It’s hard to know how to explain the story of House of Leaves, which is deeply layered. I suppose one could start the explanation with what is essentially the core story, Navidson, an acclaimed photographer moves with his family into a country home in order to rebuild bonds and find a calmer, more cohesive life together, only to discover that the house is much more than it seems.
That explanation just barely scratches the surface of this book, however. The story begins with Johnny Truant, who learns of the death of a man named ZampanÃ³ and discovers a chaotic stack of papers in the man’s empty apartment. As he starts to put them together, his life starts to fall apart.
The papers involve a heavily footnoted critical analysis of what may or may not be a documentary called The Navison Report, which reveals the story of the family in the house with dark, abysses in its corners.
At every layer, there’s the chance that the person recording the story and their own story could be falsifying, shifting the meaning, changing the story. Yet, despite all this layering, I managed to still connect with the Navidson family and feel for their ordeal. The house lost none of its unsettling terror and there was more than one night I found myself staring into the dark of my room thinking about this book, body tense with anxiety and fear.
Since the book is told through Johnny Truant and his assemblage of discovered papers, it’s a bit disjointed as parts of it have been torn up, burned, or lost in some form or another. The assemblage sometimes unfolds in knots of disjointed text and footnotes that barely seem to make sense, at other times, almost all text seems to vanish from the page. In each case, the nature of the text on the page parallels the experiences of the family and companions who attempt to explore and discover the secrets of the house.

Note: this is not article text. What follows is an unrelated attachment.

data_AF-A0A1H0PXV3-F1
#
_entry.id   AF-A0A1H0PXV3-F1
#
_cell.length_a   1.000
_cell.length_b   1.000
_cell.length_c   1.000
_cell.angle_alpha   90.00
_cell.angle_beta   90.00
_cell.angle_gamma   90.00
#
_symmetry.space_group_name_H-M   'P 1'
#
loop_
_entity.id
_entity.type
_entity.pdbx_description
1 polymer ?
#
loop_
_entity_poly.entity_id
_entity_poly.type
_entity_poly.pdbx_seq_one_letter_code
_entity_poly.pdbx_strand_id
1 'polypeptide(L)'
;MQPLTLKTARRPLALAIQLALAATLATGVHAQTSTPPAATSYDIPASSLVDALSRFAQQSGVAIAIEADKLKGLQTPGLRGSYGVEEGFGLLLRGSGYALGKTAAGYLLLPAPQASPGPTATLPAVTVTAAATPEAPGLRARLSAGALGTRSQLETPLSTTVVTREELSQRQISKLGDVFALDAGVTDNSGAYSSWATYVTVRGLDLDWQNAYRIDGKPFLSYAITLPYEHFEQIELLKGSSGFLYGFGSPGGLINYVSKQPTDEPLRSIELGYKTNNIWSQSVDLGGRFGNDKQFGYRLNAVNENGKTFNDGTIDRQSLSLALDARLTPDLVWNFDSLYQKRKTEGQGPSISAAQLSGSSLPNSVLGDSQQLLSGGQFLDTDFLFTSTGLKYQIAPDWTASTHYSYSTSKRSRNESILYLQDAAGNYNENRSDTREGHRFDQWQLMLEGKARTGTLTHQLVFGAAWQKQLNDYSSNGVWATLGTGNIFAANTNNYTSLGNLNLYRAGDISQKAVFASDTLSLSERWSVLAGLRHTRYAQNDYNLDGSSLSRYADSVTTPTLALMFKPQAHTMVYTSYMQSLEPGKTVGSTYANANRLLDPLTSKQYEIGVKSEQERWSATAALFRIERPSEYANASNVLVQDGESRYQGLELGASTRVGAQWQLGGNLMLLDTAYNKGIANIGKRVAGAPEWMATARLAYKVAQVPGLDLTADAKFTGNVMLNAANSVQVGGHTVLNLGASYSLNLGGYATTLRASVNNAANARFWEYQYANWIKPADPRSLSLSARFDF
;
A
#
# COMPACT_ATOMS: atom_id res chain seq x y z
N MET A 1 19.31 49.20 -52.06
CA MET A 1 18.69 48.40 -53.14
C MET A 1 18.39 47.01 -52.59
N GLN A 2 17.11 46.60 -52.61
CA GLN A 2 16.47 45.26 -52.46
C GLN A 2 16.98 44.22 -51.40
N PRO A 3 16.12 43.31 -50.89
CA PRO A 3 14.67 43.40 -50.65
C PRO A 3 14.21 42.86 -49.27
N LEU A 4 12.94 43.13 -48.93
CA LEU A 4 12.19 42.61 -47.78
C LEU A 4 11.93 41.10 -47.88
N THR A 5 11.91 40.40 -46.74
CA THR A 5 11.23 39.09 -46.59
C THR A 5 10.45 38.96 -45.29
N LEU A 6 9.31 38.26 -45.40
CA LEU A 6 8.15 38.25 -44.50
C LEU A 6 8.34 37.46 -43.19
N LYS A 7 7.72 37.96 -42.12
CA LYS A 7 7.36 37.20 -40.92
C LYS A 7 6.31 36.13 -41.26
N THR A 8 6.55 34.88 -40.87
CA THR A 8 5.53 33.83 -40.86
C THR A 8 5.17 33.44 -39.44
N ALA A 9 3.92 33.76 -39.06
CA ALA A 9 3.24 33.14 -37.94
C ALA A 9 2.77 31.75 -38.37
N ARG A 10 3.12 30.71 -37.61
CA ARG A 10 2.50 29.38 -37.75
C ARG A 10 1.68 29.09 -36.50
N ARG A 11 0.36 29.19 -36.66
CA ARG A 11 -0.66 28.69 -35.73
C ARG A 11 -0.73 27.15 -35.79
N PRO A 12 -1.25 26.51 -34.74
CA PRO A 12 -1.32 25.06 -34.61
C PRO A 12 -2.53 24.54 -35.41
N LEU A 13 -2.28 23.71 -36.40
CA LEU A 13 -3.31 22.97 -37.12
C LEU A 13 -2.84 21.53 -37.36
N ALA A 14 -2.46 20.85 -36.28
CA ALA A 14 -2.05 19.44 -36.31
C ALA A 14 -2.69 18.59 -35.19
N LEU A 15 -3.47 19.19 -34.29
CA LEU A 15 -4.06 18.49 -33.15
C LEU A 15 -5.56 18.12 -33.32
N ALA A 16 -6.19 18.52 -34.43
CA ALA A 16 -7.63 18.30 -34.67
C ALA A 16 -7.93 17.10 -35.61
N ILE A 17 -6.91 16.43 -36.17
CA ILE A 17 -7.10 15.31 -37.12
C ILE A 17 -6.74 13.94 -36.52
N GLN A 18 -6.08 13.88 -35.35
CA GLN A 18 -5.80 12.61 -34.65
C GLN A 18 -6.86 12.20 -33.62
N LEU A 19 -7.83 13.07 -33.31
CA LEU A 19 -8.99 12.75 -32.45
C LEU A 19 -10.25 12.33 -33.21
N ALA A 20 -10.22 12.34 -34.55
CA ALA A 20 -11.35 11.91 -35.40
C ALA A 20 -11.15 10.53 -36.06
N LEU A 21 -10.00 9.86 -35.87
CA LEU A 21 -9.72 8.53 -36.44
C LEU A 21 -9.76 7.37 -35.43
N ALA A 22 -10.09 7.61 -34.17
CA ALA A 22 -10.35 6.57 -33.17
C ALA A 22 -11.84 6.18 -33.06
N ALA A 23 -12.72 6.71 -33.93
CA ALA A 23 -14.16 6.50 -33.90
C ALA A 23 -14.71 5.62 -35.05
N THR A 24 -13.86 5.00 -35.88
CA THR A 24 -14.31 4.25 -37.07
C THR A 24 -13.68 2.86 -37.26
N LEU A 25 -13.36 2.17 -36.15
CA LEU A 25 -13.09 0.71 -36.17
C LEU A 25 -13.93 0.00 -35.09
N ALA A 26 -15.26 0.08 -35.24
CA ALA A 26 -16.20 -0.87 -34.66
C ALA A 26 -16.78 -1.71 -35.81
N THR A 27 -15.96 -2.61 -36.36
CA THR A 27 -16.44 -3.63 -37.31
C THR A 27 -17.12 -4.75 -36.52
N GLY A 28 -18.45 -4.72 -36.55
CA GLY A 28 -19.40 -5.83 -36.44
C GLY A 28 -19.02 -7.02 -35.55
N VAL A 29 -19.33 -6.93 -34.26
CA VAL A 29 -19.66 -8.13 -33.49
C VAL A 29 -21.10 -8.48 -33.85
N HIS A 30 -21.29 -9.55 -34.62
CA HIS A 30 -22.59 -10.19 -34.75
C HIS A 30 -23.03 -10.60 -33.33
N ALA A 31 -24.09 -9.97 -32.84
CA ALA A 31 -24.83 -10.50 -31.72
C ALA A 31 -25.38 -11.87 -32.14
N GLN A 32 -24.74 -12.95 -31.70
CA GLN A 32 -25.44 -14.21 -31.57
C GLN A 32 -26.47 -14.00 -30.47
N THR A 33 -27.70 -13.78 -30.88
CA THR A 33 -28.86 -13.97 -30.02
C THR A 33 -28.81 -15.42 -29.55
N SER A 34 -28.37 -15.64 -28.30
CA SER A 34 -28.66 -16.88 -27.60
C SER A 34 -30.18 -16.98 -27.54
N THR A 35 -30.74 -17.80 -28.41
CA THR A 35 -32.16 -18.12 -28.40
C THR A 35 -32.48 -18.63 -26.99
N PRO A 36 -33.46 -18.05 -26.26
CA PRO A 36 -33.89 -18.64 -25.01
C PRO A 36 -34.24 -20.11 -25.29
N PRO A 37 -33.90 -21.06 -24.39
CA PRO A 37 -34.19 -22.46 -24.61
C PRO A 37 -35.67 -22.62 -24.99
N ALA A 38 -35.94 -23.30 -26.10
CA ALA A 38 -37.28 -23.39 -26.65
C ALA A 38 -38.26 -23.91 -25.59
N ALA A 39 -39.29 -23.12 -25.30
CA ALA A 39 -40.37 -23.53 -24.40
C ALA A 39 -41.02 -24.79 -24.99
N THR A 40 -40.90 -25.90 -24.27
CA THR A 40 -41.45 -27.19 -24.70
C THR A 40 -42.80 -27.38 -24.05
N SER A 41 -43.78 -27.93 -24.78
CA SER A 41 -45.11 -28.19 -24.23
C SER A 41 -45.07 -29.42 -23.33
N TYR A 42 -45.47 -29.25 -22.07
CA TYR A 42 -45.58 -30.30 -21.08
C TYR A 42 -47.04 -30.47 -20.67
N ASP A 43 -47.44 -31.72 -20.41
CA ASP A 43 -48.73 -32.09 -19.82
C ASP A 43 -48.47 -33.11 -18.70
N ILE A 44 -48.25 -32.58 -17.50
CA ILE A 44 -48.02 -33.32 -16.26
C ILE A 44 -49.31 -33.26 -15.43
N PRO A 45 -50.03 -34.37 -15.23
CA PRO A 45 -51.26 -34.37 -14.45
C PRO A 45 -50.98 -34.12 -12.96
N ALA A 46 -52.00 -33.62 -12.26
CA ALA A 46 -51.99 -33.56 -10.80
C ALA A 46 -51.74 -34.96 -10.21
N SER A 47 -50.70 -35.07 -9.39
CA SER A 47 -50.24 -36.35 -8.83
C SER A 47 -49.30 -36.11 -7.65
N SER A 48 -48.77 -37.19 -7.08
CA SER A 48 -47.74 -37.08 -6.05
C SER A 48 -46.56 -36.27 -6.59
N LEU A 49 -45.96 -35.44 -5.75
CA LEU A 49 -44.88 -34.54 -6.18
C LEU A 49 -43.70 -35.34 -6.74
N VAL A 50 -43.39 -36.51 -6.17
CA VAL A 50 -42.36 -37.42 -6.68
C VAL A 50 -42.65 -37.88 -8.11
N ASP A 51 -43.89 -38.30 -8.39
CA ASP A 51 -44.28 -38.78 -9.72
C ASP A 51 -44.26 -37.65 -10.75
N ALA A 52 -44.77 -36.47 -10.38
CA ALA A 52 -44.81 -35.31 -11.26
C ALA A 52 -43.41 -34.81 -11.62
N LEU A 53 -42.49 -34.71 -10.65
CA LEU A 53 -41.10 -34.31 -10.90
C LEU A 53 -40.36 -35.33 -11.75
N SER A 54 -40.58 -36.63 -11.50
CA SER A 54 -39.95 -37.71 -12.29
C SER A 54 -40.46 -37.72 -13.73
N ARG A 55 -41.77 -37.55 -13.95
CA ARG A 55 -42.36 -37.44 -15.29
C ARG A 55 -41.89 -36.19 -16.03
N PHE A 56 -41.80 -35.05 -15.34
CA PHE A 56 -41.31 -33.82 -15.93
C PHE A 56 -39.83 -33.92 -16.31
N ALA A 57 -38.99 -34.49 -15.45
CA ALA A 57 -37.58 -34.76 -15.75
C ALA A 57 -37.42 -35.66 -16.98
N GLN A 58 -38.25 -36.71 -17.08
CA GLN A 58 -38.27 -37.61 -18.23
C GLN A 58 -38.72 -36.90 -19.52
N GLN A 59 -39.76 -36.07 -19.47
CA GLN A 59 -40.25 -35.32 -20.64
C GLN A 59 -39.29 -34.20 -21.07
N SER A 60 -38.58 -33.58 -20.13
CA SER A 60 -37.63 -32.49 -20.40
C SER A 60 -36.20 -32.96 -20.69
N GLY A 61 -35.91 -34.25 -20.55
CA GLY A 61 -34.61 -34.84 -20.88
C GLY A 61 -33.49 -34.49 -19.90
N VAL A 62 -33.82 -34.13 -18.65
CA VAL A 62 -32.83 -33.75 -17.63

This is a book that certainly will not work for everyone. The layering, the disjointed text takes more work to get through, and might cause some to loose the thread of the story and connection with the characters.
For me, this book worked perfectly. I adored it and will definitely be buying it again, so I can read it again.
A Very Long Footnote:
Before I ever knew there was a book called House of Leaves, I used to listen obsessively to a CD called Haunted by musician Poe. The CD was fascinating to me, because if listened to from beginning to end, it unfolds a story of a woman trying to deal with the death and the ghost of her father, trying to reach out to her mother, and trying to find a way to let go of the past.
The CD is in part a tribute to Poe’s father. Following his death, she found recordings of her father speaking on a great many subjects and she incorporated these into the interludes and spaces between the main songs. These interludes create a kind of dialog between her and her dead father, in essence, between her and his ghost.
At one point in the CD, a little girl’s voice speaks out amid eerie sounds and says, “They say it’s a house of leaves.” This line stuck with me more than any other on the CD. You could even say it haunted me.
It wasn’t until years later that I learned that there was a book titled House of Leaves and I began to wonder if Poe had been referencing the book.
I later learned that Poe’s real name is Anne Decatur Danielewski; she’s Mark Danielewski’s sister. The two had discovered their father’s tapes together and had each been inspired by them. The book and the CD are companion creations and echo each other in several ways. I love learning about these kinds of connections.
For example, Poe’s biggest hit off the CD, “Hey Pretty,” features Mark reading from an abbreviated chapter of the book (which when I think about it is super sexy, and since they are siblings makes it kind of gross).
A few of the lines from the songs are quoted in the book in several places, which kind of influenced my reading a bit, bringing perhaps more depth and meaning to lines and phrases that might have seemed off hand to those who have not heard, or loved the CD as I have.